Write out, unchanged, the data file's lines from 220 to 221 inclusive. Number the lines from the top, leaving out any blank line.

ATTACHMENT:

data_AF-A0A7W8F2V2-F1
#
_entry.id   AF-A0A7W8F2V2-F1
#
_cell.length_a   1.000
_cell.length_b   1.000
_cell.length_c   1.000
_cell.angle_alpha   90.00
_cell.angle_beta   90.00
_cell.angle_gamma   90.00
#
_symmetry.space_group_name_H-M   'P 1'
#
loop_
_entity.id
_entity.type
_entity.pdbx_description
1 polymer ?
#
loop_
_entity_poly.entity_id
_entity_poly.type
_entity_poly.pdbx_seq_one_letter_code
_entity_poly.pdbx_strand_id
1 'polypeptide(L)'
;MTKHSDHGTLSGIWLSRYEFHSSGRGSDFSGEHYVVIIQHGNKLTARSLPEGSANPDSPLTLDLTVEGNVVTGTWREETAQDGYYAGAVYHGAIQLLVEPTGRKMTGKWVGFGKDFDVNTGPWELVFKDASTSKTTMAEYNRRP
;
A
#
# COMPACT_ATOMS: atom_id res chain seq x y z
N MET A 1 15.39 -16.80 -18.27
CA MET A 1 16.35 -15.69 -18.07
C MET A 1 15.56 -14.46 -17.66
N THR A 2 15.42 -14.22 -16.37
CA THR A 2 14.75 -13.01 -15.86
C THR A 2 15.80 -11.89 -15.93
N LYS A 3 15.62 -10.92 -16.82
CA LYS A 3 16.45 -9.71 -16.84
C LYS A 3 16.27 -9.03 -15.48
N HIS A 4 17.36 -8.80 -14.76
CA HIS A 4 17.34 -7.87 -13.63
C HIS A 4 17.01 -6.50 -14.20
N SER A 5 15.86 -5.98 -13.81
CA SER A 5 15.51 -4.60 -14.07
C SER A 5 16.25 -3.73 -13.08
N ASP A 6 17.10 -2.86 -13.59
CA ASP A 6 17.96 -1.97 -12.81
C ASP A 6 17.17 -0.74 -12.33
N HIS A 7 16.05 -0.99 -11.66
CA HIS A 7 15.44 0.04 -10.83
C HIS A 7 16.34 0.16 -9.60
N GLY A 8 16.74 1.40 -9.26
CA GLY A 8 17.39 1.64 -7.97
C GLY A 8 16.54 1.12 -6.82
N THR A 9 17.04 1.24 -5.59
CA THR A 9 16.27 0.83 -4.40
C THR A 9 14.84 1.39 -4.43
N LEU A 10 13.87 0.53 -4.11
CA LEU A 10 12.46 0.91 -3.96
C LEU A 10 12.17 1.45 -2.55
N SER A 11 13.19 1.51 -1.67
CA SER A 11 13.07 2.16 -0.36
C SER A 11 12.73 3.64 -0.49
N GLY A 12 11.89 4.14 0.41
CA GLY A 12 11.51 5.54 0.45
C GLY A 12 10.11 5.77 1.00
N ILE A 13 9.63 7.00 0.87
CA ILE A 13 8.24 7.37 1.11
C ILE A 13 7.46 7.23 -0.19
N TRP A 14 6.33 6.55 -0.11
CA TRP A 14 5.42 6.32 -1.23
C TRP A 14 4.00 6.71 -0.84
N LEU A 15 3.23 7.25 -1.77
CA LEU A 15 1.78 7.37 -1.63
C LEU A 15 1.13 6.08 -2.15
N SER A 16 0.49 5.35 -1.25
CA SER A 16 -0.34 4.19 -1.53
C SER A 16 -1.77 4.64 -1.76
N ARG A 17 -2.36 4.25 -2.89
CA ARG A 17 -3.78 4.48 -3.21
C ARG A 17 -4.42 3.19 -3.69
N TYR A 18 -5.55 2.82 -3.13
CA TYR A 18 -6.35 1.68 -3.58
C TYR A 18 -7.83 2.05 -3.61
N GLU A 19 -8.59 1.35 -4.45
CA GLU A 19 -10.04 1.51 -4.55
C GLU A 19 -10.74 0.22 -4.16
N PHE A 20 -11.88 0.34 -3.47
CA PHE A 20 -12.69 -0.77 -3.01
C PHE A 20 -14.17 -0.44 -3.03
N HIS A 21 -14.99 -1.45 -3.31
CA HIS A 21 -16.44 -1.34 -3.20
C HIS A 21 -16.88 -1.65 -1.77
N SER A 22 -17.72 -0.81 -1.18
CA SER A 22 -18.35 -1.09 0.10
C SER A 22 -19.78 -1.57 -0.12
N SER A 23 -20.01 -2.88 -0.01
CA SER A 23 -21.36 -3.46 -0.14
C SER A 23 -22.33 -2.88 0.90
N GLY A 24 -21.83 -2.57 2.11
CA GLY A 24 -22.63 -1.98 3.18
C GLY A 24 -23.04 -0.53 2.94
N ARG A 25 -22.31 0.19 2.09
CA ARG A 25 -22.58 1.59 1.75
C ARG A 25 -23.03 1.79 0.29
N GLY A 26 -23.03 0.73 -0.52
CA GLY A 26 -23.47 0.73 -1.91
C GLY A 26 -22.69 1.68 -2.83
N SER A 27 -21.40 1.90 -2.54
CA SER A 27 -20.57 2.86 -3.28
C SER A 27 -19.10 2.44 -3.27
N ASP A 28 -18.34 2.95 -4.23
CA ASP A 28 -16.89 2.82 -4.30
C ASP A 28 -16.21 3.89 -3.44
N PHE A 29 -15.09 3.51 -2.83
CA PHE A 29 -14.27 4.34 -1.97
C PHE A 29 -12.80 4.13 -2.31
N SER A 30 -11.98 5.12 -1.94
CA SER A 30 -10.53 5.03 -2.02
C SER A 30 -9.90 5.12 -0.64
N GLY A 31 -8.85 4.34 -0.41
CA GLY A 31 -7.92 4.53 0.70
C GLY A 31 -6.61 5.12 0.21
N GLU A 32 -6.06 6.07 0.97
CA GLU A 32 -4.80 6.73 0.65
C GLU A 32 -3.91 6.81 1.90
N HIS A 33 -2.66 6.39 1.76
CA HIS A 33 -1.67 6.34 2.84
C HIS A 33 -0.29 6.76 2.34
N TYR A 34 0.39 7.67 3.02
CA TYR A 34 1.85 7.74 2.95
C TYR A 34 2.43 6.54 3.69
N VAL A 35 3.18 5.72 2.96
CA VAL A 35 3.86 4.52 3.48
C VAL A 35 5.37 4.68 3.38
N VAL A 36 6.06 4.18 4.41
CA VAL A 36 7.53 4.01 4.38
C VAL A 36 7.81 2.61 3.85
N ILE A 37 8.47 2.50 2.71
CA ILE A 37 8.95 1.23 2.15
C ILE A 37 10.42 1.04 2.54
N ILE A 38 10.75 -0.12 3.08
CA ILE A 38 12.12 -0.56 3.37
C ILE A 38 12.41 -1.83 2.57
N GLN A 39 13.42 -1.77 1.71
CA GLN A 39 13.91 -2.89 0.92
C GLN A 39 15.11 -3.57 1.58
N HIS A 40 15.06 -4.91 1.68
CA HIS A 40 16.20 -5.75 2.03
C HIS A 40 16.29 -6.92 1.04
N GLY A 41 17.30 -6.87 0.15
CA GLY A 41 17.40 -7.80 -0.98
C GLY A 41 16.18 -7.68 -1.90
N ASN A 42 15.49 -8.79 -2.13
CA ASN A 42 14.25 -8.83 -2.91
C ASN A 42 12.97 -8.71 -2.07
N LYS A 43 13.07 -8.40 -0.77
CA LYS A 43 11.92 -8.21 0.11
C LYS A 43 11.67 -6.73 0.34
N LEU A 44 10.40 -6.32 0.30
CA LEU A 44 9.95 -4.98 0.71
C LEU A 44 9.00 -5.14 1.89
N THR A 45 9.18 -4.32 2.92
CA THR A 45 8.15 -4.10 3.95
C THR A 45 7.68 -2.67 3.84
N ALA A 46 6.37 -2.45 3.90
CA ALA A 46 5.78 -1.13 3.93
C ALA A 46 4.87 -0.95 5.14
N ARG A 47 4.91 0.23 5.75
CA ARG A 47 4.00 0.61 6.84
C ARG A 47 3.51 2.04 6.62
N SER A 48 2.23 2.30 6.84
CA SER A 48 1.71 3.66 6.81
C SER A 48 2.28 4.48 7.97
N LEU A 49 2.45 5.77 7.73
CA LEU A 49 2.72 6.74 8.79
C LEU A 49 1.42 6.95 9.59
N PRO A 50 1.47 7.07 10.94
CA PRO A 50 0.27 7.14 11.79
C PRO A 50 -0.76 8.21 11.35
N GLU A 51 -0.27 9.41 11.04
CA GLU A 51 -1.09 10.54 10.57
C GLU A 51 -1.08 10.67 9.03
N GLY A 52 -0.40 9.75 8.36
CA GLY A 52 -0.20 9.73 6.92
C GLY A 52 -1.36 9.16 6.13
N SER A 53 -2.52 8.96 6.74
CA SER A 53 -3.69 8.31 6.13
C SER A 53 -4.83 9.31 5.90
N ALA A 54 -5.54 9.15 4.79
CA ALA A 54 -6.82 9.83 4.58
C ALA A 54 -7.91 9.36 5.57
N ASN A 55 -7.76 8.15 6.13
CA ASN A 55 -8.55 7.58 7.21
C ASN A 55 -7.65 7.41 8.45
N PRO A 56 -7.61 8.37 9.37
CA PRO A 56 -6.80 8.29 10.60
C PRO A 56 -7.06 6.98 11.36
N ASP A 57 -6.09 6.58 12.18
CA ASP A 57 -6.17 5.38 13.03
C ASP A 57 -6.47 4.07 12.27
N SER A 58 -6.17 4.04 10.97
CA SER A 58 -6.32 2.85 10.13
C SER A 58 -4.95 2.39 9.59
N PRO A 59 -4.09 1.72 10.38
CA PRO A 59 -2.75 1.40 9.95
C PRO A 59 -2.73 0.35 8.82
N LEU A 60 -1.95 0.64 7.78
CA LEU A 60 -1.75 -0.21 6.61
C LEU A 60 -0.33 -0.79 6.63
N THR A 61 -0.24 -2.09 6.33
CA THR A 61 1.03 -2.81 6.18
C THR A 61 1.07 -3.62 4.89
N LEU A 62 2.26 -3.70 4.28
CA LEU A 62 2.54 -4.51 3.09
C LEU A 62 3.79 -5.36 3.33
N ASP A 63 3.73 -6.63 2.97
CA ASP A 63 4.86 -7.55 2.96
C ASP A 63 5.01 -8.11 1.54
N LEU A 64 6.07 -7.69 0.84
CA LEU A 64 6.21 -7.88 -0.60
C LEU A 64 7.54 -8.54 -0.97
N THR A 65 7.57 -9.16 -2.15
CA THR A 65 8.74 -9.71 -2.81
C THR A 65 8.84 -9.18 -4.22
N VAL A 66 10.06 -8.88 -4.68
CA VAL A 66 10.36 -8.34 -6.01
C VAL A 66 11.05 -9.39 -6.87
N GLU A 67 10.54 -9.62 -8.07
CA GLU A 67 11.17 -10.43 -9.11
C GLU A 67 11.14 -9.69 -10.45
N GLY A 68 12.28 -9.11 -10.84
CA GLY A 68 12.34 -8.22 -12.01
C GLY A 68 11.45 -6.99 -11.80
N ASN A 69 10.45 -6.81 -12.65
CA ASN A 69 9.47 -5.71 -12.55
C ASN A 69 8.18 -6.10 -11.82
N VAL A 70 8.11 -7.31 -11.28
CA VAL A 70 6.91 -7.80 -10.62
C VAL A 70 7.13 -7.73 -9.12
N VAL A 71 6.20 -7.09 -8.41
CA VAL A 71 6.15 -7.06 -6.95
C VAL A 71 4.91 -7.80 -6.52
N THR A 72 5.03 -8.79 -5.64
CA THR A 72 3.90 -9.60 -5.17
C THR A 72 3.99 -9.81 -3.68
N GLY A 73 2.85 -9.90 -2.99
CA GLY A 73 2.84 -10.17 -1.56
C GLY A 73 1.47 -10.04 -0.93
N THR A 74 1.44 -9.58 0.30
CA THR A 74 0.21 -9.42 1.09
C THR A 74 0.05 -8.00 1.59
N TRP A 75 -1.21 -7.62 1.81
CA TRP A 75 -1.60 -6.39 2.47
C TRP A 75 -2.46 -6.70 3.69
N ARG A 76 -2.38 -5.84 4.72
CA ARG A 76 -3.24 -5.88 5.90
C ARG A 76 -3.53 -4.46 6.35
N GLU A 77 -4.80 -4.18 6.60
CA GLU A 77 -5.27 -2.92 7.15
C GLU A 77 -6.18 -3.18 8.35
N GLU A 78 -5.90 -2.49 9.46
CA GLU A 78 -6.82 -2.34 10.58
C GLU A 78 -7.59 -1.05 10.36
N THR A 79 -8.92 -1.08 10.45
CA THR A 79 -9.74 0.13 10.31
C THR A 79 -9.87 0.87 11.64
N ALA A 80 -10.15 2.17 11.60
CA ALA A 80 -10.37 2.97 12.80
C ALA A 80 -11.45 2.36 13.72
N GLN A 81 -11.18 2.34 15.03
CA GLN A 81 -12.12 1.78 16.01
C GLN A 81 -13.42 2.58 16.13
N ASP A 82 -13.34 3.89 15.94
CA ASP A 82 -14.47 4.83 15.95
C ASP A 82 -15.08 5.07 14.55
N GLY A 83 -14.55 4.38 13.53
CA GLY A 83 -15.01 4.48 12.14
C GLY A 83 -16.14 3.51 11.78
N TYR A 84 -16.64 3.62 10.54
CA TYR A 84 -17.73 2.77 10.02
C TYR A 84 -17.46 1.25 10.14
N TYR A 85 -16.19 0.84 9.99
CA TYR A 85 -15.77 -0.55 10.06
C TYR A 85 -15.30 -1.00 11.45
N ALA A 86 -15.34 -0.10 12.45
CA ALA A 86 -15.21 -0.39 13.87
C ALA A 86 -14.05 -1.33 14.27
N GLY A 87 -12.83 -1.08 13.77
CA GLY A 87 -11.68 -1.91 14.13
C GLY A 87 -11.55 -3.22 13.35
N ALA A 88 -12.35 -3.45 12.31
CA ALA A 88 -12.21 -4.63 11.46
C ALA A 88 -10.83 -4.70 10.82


N LEU A 64 6.07 -7.69 0.84
CA LEU A 64 6.21 -7.88 -0.60